What Is a Registered Bond?
A registered bond is a type of bond in which the owner's name and contact information are recorded with the issuing entity. This ensures that coupon payments are correctly distributed to the owner of the bond. On the other hand, bearer bonds do not record the owner's information and are the opposite of registered bonds. It is important to note that virtually all bonds in the U.S. are now registered bonds, whether they are corporate bonds, U.S. Treasury bonds, or municipal bonds.
Registered bonds, serving as debt instruments, incorporate a meticulous process of maintaining bondholder information within the records of the issuing entity. This involves comprehensive archiving of the owner's personal particulars, including name and address. Such systematic documentation guarantees the precision of coupon payments, ensuring they are disbursed accurately to the rightful bondholder.
Registration Methods for Bonds
Registered bonds offer two avenues for registration. In the first approach, the issuer prints the owner's name and address on the bond certificate. To transfer ownership, registered owners endorse the certificate or sign it over to another party.
Alternatively, bonds can be electronically registered, with the bondholder's details recorded in computerized databases. In this case, transferring bonds involves providing the recipient's information to the electronic issuer via phone, mail, or fax.
Registered bonds entail debt obligations with the owner's name and contact details on record at the issuing company. Only the registered owner, as of the interest payment date, can receive the agreed-upon earnings. Unauthorized holders will be denied coupon payments. Lost, stolen, or destroyed registered bonds can be easily replaced due to the owner's information on file. When a financial professional purchases a bond for a client and holds it in a brokerage account, the broker or dealer is often listed as the owner, while the client remains the beneficial owner.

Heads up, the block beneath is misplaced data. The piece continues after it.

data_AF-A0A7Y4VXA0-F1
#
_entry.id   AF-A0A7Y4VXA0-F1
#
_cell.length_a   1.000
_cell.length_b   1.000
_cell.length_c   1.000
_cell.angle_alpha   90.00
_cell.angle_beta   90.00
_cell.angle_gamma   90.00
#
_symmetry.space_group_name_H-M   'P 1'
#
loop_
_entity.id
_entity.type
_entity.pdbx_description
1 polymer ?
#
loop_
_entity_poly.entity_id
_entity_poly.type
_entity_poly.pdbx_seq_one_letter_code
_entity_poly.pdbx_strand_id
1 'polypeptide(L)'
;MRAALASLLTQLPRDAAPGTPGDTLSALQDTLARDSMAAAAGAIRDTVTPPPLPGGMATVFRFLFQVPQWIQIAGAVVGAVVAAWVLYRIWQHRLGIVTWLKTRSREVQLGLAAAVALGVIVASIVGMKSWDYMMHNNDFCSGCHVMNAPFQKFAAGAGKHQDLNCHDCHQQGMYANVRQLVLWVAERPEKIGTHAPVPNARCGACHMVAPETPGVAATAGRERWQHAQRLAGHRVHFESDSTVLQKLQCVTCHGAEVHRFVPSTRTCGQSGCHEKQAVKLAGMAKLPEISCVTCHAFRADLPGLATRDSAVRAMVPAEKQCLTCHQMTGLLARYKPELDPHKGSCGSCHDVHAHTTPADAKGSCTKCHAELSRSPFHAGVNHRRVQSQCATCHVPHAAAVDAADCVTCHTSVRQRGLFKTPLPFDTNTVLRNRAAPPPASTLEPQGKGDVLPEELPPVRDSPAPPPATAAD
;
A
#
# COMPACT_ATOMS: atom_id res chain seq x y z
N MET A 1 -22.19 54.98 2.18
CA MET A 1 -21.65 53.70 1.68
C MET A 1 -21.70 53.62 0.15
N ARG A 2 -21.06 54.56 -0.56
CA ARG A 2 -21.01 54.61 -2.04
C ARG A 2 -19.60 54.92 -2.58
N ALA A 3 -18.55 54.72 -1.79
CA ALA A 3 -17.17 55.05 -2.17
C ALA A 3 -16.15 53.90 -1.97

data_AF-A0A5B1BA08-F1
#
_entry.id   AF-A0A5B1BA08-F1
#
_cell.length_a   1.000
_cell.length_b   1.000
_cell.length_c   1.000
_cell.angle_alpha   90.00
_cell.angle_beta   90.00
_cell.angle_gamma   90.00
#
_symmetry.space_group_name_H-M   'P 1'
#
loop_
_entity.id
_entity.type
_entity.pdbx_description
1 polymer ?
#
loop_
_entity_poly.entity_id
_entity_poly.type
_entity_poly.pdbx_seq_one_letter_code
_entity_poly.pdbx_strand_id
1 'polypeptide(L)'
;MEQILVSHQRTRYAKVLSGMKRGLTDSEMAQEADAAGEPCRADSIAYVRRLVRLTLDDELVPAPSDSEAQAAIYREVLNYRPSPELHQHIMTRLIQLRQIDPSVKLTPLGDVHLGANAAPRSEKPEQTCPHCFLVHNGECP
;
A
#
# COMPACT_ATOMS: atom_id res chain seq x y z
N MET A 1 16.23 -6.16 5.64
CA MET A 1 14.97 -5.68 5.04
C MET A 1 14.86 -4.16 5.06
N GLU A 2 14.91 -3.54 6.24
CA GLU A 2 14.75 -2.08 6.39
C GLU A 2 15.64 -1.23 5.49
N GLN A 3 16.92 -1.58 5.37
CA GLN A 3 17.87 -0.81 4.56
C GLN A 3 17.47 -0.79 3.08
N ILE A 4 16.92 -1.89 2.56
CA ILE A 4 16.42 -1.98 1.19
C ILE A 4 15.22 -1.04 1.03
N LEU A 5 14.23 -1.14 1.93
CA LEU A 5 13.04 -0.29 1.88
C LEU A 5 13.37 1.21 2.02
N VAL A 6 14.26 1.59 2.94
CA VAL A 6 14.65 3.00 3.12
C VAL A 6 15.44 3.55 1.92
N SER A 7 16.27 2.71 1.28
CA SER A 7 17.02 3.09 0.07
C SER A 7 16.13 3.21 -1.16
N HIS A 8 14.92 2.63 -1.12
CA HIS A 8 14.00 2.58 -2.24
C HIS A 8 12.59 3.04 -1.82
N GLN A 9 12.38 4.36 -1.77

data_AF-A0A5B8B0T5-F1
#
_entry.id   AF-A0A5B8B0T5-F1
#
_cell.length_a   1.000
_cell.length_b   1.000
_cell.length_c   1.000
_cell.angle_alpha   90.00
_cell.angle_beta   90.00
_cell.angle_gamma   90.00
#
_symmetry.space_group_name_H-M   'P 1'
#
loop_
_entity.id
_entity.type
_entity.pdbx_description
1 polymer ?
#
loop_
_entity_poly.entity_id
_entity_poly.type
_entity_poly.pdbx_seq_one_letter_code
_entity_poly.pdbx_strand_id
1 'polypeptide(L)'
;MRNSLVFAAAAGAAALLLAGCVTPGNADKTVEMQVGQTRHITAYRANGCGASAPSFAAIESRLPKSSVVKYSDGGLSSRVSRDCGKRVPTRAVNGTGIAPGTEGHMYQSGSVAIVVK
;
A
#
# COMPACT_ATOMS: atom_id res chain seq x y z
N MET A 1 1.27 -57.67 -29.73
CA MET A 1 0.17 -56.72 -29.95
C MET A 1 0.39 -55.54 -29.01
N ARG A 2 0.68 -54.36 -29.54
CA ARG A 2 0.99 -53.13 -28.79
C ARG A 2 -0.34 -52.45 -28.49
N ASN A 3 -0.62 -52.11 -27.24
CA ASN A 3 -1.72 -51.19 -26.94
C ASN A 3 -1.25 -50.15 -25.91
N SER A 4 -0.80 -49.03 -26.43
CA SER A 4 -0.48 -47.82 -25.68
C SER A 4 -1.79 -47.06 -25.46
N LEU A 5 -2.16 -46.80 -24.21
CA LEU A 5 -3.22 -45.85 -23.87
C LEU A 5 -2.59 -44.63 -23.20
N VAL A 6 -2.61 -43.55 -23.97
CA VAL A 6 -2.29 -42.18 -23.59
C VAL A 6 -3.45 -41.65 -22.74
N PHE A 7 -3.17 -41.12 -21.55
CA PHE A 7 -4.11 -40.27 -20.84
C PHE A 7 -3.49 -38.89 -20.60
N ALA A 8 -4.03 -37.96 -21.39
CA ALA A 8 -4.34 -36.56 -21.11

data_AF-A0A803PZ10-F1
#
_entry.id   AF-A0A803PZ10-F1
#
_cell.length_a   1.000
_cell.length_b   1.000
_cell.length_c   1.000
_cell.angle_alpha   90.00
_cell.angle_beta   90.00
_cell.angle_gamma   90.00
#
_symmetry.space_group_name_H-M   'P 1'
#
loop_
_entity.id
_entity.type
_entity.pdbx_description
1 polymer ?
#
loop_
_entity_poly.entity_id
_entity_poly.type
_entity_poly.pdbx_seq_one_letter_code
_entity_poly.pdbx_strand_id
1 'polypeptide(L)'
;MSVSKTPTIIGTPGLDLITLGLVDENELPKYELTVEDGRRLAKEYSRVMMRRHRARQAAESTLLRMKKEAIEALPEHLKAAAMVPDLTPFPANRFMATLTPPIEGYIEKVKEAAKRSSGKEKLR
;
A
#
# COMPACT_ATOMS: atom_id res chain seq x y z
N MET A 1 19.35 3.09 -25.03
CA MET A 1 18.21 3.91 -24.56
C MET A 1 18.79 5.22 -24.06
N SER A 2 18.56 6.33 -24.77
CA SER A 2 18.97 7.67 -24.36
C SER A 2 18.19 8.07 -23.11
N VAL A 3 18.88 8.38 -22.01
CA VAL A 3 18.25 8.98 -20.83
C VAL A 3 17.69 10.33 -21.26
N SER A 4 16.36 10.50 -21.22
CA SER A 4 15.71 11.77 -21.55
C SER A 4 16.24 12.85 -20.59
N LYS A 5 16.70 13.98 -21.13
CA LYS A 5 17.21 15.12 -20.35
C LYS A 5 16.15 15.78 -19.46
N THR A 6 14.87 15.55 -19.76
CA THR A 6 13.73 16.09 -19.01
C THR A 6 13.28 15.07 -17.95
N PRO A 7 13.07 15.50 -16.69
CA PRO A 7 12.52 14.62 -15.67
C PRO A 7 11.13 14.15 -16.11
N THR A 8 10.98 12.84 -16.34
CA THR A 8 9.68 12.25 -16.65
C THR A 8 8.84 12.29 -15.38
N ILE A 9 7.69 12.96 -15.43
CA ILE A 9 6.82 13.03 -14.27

Comparative Analysis: Registered Bonds vs. Bearer Bonds
In contrast to registered bonds, bearer bonds lack any owner information. Consequently, coupon payments or principal repayments are made to whoever physically holds the certificate. Bearer bondholders must detach and present the attached coupons for payment, leading to the common reference to bond interest payments as "coupons."
Bearer bonds, inherently less secure than their registered counterparts, lack the ability for replacement if lost or stolen due to the absence of owner records. The anonymity associated with bearer bonds historically attracted money launderers, tax evaders, and individuals seeking to conceal their business activities.
Impact of the Tax Equity and Fiscal Responsibility Act on Bearer Bonds
Enacted in 1982, the Tax Equity and Fiscal Responsibility Act (TEFRA) altered the tax treatment of bearer bonds, eliminating their tax-exempt option unless the bond matures in one year or less. This change led to a decline in the prevalence of municipal bonds in bearer form, diminishing their appeal to investors. As a result of TEFRA, the landscape of bonds in the U.S. transformed significantly. Currently, the predominant form is registered bonds, encompassing corporate, U.S. Treasury, and municipal bonds.
The evolution of bond structures, notably the prevalence of registered bonds, has fundamentally shaped the landscape of the U.S. bond market. The meticulous recording of bondholder information ensures the accuracy of coupon payments, distinguishing registered bonds from their bearer counterparts. The impact of legislative measures, such as the Tax Equity and Fiscal Responsibility Act, further influenced the decline of tax-exempt bearer bonds. Today, registered bonds are overwhelmingly dominant, providing a secure and transparent framework for investors in various sectors, including corporate, U.S. Treasury, and municipal bonds.